Superman Steve McClure talks risky projects

Posted by Peter Burnside on 01/12/2015
Steve McClure warming up his shoulders. Photo: Pete Burnside

BMC ambassador Steve McClure admits he's not had much success on sport this year and battled with a shoulder injury for the first half of 2015. We catch up with him to find out more.

Looking back, how do you think your year’s been?
It’s been a pleasant year but not a very good year in terms of success. I’ve only done a handful of routes that are 8a or harder, which for me is by far the least since I started climbing 8as back in 1995, or whenever it was. But that’s reflective of what I’ve been trying to achieve this year. I’ve thrown all my eggs in the Malham project basket and spent around 35 days trying one route. So, on sport, not many big ticks. But I’ve also done quite a bit of trad climbing this year as well. 
 
So getting back on the trad scene then?
It’s not like I’ve ever stopped climbing trad. My achievements just seem to be higher profile in the sport climbing world. I’ve done loads of E8s and E9s over the years and I repeated Requiem (E8 6b) and Dave MacLeod’s direct finish to it, Rhapsody (E11 7a), back in 2008. This year, I went trad climbing all over the UK. At Pembroke I did an E9 and E10 (Muy Caliente and Choronzon) and more recently I spent five days in the Lakes climbing loads of trad at different crags. I didn’t onsight anything harder than E6 but I’m having fun and getting some mileage in. 

WATCH Steve McClure's ascent of Choronzon on BMC TV

 
What do you think held back your sport climbing this year?
I’ve done so much sport in Britain that these days I tend to go more for hard projects. All my sport climbing this year in the UK has been just trying one route. Obviously with that you either succeed or you tick nothing. But Tommy Caldwell's talk at Kendal helped put it in perspective. He spent a vast amount of time trying that Dawn Wall project and it made me think that trying really hard projects is definitely not a bad thing. You have to be prepared that it’ll probably take a long time and there's no guarantee of success at the end. 
 
I imagine that could be very daunting.
That’s right. Tommy said he thinks it's the real boldness in top-end climbing. Instead of bold routes where you could fall and hurt yourself, the real risk is when you just throw yourself at one thing. There's the potential to go away with nothing after months of hard work, which could impact your profile. So I could risk that as well. But I still feel like I’m climbing at least as good as I’ve ever climbed, if not better. I'm just not getting any results.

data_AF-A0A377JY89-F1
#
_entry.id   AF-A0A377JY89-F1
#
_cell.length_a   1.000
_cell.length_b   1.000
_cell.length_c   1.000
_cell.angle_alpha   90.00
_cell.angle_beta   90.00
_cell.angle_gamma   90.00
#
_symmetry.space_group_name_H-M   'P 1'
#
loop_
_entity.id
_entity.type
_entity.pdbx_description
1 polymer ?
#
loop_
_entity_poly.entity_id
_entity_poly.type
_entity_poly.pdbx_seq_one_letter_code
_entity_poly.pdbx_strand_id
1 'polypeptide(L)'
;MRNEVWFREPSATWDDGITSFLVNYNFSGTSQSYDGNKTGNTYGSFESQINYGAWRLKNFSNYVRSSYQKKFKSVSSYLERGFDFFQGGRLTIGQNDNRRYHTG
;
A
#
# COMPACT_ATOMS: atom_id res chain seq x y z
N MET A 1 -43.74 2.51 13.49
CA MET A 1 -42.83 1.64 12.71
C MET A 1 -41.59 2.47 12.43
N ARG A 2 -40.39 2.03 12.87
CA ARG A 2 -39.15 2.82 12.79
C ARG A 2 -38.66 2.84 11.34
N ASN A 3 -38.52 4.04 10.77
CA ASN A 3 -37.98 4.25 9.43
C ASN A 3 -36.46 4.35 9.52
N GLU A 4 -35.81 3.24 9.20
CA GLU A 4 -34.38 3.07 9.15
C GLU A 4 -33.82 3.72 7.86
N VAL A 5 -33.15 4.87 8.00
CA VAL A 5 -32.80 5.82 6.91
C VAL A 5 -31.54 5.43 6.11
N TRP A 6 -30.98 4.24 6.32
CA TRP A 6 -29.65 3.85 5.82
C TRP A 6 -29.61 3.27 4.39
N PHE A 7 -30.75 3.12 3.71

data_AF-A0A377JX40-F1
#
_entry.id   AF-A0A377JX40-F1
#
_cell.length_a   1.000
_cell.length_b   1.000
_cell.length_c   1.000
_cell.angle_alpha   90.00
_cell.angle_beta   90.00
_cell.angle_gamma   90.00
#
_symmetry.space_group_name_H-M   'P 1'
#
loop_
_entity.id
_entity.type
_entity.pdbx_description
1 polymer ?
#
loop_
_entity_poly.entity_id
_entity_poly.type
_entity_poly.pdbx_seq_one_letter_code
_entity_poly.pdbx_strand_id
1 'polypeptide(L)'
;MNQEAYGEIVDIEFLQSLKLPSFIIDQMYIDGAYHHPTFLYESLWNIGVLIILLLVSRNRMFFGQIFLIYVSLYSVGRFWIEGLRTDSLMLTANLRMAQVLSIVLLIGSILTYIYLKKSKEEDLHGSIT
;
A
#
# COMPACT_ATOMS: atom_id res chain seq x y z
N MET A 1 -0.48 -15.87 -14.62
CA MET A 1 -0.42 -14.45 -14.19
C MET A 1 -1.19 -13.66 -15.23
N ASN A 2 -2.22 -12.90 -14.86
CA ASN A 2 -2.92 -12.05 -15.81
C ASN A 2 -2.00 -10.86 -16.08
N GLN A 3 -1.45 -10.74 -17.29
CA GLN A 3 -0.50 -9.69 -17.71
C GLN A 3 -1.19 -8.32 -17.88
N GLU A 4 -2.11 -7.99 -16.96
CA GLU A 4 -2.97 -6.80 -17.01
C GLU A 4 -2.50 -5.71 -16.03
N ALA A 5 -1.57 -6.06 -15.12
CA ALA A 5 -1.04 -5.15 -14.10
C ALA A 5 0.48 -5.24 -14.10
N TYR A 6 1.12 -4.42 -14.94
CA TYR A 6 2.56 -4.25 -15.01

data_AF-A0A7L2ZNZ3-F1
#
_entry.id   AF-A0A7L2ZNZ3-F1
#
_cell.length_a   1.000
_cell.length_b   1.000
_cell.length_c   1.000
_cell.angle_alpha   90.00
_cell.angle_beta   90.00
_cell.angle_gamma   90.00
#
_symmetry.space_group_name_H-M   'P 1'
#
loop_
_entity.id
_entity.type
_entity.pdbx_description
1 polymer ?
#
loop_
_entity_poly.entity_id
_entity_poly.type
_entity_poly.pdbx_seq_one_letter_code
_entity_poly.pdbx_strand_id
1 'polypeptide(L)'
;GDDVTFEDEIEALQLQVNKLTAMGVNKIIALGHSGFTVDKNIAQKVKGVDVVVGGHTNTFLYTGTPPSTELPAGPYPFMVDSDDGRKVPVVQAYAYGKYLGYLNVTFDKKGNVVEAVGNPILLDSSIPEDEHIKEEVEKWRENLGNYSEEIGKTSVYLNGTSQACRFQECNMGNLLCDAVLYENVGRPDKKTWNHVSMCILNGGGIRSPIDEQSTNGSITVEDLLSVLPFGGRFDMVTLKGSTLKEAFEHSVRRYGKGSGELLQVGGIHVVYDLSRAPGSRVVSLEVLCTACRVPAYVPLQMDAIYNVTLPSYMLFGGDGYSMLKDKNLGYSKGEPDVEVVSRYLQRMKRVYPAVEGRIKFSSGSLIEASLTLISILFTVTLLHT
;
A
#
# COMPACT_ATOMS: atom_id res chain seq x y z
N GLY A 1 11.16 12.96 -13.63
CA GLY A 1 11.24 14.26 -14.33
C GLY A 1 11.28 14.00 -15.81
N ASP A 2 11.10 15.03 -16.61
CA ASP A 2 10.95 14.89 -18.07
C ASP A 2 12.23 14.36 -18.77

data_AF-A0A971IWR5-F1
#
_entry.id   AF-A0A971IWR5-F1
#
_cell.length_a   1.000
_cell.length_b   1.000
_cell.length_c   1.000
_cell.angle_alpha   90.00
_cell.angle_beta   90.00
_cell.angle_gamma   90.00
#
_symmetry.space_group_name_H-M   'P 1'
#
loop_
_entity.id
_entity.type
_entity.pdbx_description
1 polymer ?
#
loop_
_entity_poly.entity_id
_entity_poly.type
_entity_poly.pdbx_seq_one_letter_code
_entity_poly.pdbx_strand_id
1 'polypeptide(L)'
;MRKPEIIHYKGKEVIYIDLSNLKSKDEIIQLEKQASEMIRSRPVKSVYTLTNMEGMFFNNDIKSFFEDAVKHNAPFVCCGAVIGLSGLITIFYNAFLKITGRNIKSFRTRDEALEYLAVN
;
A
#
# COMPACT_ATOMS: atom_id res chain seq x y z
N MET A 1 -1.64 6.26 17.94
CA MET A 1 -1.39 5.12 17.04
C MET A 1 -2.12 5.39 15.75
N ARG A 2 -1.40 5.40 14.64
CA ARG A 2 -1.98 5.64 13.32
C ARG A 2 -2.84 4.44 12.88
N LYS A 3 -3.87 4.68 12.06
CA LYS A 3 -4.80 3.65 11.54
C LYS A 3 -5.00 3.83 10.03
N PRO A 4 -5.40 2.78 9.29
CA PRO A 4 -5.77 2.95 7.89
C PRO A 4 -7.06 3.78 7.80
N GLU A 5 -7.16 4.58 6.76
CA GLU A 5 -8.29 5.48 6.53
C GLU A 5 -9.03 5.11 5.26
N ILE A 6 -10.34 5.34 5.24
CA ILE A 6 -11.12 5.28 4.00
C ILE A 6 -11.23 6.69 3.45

During the Tommy Caldwell/Alex Honnold film, A Line Across The Sky, Alex asks Tommy if he’s lost his edge considering he’s now a Dad and getting a bit older. Would you say that could be something that’s affected your climbing?
Nope. No, the main thing is that I’ve lost my ability to be able to climb whenever I want. That definitely goes out the window. Well, thinking about it from an identity perspective, before you have kids, really keen climbers often don’t value anything else at all. But when you have kids climbing becomes second-most important – maybe that’s a good thing.

How so?
If climbing was your number one value in life and it was taken away from you, who would you be? When I hurt my shoulder last year, I remember thinking: “This could be it.” But in a split second my next thought was: “Well at least I've got my kids. It doesn't matter if it is the end.” If I didn't have that, then my identity would be stripped away and I could have been nobody. It makes me really pleased that my brain worked it out like that. 
 
So does that mean there's less pressure to succeed? 
I don't feel any pressure to succeed – I'm not sure if there used to be but there certainly isn't any now – and that could mean you're more likely to succeed. My motivation comes totally from within and that's nice to know. 
 
Highlight of this year? 
Doing Choronzon was very good. However, in terms of how I felt after doing a route, Muy Caliente was a real highlight. It's such a good route, hard goey climbing on high quality rock; it's probably one of the best I've ever done. It was a really lovely day with really good friends. Perfect.
 
Were there any other enjoyable moments in the year?
I had a fantastic summer holiday in Croatia with the family, we've managed to get out loads. But I've also had some great days at work as well. There was the Kendal festival with the BMC and I get around the UK to routeset at various walls. 
 
What does the BMC do that's most important to you?
For me it's access. We have a small voice individually but the BMC's is much bigger and it can fight our corner. Access is not a right, it's a total privilege and we completely take it for granted. We have no idea about the battles going on, we just drive out to the crag and act as if it's our own back garden. So I think that's a massive part of the BMC.
 

Oh actually, I’ve just remembered I onsighted a few 8as in Spain earlier on in the year. Ha.

Haha, cheers Steve. Maybe your year wasn't as bad as you first thought. 


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